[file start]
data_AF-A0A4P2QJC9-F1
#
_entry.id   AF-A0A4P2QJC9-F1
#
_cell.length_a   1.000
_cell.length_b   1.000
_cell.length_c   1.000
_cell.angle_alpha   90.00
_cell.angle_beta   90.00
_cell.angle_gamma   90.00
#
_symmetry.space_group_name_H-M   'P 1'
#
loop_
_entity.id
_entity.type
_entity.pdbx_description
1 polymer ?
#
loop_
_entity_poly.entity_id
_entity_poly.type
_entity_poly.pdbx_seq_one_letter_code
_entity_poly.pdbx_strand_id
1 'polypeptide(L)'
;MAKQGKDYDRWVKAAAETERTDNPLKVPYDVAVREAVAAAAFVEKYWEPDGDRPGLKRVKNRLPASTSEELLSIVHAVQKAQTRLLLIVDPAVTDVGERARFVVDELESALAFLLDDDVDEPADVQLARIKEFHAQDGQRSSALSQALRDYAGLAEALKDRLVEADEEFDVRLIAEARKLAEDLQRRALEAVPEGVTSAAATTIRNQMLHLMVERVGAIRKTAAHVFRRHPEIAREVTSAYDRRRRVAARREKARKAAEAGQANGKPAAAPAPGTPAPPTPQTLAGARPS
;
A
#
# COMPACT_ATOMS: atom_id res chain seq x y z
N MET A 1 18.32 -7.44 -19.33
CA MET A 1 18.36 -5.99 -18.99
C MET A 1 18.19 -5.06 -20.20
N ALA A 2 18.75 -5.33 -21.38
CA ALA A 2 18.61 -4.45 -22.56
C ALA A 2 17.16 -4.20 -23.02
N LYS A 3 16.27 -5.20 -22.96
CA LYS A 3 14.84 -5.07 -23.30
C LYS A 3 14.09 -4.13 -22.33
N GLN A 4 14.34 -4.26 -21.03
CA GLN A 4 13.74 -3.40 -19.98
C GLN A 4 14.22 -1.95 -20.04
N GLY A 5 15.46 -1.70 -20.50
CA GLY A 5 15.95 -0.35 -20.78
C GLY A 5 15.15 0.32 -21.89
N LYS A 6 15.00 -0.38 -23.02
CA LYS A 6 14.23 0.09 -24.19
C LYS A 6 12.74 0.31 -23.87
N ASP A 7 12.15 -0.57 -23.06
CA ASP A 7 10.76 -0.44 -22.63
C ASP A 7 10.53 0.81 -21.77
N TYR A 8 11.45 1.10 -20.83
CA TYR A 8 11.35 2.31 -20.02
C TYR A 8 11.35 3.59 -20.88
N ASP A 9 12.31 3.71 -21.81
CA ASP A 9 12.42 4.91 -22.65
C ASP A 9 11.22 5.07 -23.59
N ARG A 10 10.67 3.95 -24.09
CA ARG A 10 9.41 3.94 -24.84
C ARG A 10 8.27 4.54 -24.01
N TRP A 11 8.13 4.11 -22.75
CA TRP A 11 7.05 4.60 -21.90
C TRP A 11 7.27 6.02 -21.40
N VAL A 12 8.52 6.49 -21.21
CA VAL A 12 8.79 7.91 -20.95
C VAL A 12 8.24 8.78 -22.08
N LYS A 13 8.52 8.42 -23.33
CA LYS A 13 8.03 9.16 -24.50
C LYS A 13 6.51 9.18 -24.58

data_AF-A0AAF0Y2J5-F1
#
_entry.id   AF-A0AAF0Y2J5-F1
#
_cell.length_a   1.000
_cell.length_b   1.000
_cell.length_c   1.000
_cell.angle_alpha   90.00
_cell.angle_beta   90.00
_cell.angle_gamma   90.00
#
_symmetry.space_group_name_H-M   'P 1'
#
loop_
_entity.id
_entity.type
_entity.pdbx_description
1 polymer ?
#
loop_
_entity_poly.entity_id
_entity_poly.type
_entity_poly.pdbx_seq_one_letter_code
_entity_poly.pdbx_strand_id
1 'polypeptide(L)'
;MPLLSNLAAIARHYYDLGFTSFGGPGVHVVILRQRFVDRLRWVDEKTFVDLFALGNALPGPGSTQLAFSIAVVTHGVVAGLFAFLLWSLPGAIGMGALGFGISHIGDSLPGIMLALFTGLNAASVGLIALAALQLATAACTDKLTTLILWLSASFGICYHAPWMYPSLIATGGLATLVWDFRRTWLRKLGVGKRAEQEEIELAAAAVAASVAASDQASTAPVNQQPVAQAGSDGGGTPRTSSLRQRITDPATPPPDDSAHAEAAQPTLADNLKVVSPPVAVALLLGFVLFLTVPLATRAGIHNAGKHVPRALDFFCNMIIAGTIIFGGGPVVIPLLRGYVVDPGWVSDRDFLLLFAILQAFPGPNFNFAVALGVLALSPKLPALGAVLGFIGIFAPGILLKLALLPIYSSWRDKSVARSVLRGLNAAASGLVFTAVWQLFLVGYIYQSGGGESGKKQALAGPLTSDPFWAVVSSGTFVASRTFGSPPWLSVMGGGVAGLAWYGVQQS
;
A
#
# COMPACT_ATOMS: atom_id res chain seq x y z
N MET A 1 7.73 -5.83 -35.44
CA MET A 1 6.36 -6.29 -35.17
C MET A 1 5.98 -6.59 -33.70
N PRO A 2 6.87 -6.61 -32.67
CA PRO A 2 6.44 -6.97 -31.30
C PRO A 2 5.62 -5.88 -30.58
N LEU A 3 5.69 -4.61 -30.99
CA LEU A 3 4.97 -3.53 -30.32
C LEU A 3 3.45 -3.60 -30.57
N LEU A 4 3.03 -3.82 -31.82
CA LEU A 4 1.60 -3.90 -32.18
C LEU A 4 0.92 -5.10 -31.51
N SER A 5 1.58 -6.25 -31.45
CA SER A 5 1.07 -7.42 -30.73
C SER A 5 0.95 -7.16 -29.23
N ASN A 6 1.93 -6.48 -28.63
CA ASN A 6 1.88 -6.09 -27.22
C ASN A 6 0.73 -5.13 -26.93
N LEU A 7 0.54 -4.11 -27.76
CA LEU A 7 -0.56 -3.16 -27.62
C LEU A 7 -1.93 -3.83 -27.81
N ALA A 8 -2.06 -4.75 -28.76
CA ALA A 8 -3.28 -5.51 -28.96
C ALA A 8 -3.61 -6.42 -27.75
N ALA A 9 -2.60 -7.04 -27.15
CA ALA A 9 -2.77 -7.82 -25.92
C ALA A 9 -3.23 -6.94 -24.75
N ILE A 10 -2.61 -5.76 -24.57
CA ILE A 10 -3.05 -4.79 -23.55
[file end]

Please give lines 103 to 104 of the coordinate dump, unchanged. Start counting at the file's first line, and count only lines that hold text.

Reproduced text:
N PRO A 2 6.87 -6.61 -32.67
CA PRO A 2 6.44 -6.97 -31.30